Simulation based education students
Innovative Education
Simulation-Based Education
Training the most competent veterinarians to improve care for animal patients

Simulation-Based Education

Simulation-based education is essential for training the most prepared and competent veterinary graduates in the country. Simulation is used routinely to train human medical doctors, and WSU is a leader in advancing technical and clinical simulation training for veterinarians.

Our program offers an integrated approach to simulated medical and communication training. From basic suturing skills to client communication to fully integrated simulations to experience the spectrum of care, we provide hands-on opportunities to learn and practice necessary veterinary skills.

Julie Cary with students

Simulation-based education is a key component to training some of the most prepared and competent veterinary graduates in the country. We use simulation to enhance student exposure and experience, building their confidence and increasing patient safety.

-Dr. Julie Cary, director of the Simulation-Based Education program

Clinical Simulation Center

The center provides hands-on simulated veterinary training from basic suturing to surgery and from anesthesia models to emergency room care. 

Students, veterinarians, and veterinary technicians have access to some of the most advanced medical training models, including life-sized cow and horse models, dog resuscitation models with both heart and lung sounds, anesthesia models to learn intubation, and a technical simulation room that simulates many types of operating room and emergency room situations.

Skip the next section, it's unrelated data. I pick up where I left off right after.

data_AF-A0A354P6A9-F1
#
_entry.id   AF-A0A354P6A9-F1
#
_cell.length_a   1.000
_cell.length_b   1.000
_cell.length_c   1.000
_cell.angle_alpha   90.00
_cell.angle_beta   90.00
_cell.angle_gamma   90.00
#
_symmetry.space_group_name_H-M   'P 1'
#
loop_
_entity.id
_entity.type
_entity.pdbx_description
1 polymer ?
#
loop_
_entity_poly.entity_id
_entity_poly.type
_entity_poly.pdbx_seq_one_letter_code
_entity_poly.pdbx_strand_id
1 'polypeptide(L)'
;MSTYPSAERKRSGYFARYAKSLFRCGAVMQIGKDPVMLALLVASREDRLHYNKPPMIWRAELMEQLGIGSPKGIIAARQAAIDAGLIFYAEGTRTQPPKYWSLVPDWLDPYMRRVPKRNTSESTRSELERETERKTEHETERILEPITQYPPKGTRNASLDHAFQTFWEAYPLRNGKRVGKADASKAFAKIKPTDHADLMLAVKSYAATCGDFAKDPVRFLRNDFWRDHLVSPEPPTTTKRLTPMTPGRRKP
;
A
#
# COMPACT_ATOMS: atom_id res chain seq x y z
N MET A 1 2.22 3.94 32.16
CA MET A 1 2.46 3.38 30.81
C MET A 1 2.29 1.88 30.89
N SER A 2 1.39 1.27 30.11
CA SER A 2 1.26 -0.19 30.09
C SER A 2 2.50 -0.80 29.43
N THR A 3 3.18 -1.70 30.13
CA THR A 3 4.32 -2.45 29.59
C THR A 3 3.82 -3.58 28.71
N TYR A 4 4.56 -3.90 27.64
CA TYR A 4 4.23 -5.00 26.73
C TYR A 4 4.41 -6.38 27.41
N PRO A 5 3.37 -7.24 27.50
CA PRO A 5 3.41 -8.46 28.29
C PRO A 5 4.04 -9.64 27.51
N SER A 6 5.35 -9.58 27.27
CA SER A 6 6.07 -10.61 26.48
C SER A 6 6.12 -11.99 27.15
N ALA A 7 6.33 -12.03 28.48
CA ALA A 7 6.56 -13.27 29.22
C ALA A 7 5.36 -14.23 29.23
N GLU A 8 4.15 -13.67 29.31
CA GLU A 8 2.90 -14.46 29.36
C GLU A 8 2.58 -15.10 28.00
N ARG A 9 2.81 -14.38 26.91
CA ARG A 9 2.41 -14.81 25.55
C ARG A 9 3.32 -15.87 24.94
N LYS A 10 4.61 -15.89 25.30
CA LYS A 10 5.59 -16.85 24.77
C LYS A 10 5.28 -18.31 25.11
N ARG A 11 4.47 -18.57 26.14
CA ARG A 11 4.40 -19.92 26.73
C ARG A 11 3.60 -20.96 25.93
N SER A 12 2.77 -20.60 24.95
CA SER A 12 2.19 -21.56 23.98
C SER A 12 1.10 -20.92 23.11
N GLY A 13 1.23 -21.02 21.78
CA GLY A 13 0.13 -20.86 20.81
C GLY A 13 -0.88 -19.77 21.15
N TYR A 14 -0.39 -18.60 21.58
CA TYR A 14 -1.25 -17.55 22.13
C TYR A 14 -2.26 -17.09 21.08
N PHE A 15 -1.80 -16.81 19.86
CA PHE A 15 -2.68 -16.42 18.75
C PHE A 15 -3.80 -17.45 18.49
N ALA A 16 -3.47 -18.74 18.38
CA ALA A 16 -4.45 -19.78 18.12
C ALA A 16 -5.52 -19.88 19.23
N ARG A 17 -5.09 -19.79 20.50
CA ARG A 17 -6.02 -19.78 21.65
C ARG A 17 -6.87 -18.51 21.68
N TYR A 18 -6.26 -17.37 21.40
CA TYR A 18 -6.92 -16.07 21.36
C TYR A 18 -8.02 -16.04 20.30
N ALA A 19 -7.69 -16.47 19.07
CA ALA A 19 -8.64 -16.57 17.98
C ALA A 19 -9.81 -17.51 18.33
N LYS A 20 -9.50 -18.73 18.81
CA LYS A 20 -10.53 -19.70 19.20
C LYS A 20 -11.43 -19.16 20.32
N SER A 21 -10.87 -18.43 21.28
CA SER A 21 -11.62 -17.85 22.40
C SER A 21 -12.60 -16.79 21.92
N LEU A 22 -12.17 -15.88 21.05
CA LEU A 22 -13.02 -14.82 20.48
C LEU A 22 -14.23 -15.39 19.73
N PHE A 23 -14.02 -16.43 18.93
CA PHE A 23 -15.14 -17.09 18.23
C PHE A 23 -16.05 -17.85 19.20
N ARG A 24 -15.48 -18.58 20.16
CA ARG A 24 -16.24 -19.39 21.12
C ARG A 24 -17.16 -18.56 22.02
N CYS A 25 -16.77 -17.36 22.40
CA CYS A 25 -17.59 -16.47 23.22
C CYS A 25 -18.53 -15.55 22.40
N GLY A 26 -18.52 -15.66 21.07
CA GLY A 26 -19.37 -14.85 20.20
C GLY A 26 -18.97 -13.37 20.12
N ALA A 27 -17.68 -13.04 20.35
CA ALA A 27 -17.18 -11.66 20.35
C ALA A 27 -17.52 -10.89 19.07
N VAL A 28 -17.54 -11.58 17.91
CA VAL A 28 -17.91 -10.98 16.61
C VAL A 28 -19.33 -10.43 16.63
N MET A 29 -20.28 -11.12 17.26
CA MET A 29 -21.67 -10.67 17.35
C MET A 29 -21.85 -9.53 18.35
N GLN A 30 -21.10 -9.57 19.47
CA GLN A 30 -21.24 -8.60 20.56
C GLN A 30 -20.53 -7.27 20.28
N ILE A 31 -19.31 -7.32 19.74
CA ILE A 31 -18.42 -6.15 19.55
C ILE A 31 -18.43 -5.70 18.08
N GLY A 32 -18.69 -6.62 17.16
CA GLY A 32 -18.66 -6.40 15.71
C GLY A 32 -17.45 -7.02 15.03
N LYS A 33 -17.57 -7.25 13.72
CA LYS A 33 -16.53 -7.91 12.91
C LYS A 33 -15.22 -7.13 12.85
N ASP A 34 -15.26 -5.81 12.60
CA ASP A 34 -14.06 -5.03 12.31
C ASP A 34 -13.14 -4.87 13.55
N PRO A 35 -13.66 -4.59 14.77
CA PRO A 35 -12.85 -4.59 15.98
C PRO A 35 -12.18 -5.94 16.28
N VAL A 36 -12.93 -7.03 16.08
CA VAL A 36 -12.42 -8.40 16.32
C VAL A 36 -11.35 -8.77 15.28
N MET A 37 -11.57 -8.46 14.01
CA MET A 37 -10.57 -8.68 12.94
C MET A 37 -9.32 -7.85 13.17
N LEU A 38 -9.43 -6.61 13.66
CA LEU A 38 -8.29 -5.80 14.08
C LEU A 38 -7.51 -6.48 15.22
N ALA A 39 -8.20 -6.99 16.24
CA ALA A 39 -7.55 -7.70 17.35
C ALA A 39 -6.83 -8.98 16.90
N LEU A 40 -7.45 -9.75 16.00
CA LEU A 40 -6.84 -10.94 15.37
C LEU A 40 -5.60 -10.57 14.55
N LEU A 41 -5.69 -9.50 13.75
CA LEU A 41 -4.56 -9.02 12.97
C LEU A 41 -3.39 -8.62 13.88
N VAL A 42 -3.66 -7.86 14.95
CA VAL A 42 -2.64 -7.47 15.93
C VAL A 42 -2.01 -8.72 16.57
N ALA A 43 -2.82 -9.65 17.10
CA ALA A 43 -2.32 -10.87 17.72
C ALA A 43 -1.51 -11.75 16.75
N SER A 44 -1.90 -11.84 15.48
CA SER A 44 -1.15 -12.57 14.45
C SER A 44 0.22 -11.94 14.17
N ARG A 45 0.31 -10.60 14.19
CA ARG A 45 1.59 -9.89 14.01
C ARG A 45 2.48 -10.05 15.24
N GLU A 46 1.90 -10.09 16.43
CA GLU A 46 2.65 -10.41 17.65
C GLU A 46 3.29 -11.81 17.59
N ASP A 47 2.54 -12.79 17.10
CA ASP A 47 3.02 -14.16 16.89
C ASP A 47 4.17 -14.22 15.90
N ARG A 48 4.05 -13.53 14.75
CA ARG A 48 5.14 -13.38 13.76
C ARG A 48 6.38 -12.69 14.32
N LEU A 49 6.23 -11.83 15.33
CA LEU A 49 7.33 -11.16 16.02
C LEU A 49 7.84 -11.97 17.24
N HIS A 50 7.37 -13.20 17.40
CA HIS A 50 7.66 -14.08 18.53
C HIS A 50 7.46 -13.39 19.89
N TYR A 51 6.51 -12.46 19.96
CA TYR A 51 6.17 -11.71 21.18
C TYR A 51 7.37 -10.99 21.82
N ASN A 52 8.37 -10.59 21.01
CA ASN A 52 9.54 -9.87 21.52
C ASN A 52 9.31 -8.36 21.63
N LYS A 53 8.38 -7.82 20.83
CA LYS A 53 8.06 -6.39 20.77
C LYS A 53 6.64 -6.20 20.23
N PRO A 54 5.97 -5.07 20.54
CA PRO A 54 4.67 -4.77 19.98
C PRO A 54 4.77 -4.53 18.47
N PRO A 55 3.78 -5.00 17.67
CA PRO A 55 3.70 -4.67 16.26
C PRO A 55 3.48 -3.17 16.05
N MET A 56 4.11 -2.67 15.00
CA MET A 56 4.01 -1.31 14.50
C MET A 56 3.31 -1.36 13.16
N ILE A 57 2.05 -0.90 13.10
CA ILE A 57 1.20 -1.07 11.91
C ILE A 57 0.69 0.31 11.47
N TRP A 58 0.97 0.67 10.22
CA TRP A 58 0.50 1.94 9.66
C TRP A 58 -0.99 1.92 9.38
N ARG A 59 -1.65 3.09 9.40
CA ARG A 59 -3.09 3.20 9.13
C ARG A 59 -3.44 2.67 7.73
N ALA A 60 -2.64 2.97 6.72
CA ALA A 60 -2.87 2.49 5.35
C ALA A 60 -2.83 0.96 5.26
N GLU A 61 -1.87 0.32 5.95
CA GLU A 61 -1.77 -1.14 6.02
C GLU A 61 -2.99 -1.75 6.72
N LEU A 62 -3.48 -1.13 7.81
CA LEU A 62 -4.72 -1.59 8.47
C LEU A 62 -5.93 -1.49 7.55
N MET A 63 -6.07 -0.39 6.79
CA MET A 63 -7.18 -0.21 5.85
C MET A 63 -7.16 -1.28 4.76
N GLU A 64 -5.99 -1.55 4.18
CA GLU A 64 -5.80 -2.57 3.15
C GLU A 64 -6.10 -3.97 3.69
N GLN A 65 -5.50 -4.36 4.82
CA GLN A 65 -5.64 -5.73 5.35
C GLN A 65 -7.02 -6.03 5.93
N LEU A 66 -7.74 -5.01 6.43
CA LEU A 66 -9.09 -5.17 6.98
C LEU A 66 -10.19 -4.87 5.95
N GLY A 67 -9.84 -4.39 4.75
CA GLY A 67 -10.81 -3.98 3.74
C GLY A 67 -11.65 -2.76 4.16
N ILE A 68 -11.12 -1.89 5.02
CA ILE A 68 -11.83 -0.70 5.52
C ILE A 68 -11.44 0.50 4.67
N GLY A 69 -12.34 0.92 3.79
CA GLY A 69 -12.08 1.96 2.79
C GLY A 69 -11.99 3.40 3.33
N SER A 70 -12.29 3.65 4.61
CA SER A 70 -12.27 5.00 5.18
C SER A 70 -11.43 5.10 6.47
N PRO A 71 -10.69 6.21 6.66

Our veterinary faculty and staff work with WSU scientists to create the most realistic models. “Chloe,” a black Lab model used for anesthesia training, was developed by WSU engineering students to have a heartbeat and tongue and eye sensors so students can see how an animal might respond in different medical situations.

Clinical Communication

We use trained actors to simulate client scenarios students may encounter once they begin their own practice. 

Students are trained how to communicate effectively with clients on real-world situations, such as when an animal owner may disagree about treatment options, concerns about how to pay for the veterinary care, or knowing when it is time to say goodbye to a beloved animal.

Interested in being a guest instructor, coach, or simulated participant?

Society for Simulation in Healthcare logo.

WSU’s College of Veterinary Medicine has the nation’s first simulation program accredited by the Society for Simulation in Healthcare with a focus on veterinary medicine.

Simulation-based education stories

Welcome to the college, Dr. Tasha Bradley

Tasha Bradley obtained her veterinary medicine and surgery degree from the University of Nottingham, England, in 2017. Following graduation, Tasha secured an ag animal medicine and surgery internship at WSU, where she acquired vital skills and experience working with large animals. During that period, she actively participated in the Principles of Surgery Assessment and various […]